Modern Library Classics

The Innocents Abroad

or, The New Pilgrims' Progress

Publisher: Modern Library
The Innocents Abroad is one of the most prominent and influential travel books ever written about Europe and the Holy Land. In it, the collision of the American “New Barbarians” and the European “Old World” provides much comic fodder for Mark Twain—and a remarkably perceptive lens on the human condition. Gleefully skewering the ethos of American tourism in Europe, Twain’s lively satire ultimately reveals just what it is that defines cultural identity. As Twain himself points out, “Broad, wholesome, charitable views of men and things cannot be acquired by vegetating in one little corner of the earth all one’s lifetime.” And Jane Jacobs observes in her Introduction, “If the reader is American, he may also find himself on a tour of his own psyche.”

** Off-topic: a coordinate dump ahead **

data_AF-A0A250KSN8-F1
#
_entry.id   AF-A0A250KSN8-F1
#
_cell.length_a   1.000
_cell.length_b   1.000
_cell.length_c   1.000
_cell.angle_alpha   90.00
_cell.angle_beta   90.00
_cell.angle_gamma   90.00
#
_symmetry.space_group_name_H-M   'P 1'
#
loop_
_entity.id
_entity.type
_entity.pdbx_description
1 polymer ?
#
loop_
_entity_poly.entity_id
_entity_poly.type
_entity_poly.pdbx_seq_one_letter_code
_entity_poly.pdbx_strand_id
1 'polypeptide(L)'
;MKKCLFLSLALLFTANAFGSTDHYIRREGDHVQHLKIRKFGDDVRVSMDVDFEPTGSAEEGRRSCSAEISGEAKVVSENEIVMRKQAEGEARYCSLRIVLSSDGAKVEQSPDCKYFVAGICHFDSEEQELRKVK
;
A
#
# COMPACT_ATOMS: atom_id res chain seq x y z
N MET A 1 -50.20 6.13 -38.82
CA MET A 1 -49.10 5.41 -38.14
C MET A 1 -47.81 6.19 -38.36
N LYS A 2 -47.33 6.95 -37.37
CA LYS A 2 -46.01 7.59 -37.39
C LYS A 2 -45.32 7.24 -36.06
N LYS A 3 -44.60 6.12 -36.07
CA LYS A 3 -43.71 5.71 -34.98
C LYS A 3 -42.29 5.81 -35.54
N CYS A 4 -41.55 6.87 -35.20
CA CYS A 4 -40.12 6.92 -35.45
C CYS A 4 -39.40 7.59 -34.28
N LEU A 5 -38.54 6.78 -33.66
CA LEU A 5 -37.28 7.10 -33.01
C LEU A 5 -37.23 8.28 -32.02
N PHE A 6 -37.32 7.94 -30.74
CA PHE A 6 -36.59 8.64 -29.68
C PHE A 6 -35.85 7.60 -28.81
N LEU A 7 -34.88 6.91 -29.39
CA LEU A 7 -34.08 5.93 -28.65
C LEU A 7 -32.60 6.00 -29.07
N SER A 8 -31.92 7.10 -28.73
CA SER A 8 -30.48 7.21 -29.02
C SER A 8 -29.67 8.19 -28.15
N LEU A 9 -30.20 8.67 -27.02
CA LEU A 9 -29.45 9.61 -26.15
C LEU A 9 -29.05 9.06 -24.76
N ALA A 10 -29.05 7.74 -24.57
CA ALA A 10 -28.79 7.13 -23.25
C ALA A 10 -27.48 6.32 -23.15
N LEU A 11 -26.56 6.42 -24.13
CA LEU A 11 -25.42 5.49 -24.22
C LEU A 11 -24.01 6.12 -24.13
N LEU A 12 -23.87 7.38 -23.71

Chapter 1

For months the great Pleasure Excursion to Europe and the Holy Land was chatted about in the newspapers every where in America, and discussed at countless firesides. It was a novelty in the way of Excursions—its like had not been thought of before, and it compelled that interest which...
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“A classic work . . . [that] marks a critical point in the development of our literature.”—Leslie A. Fiedler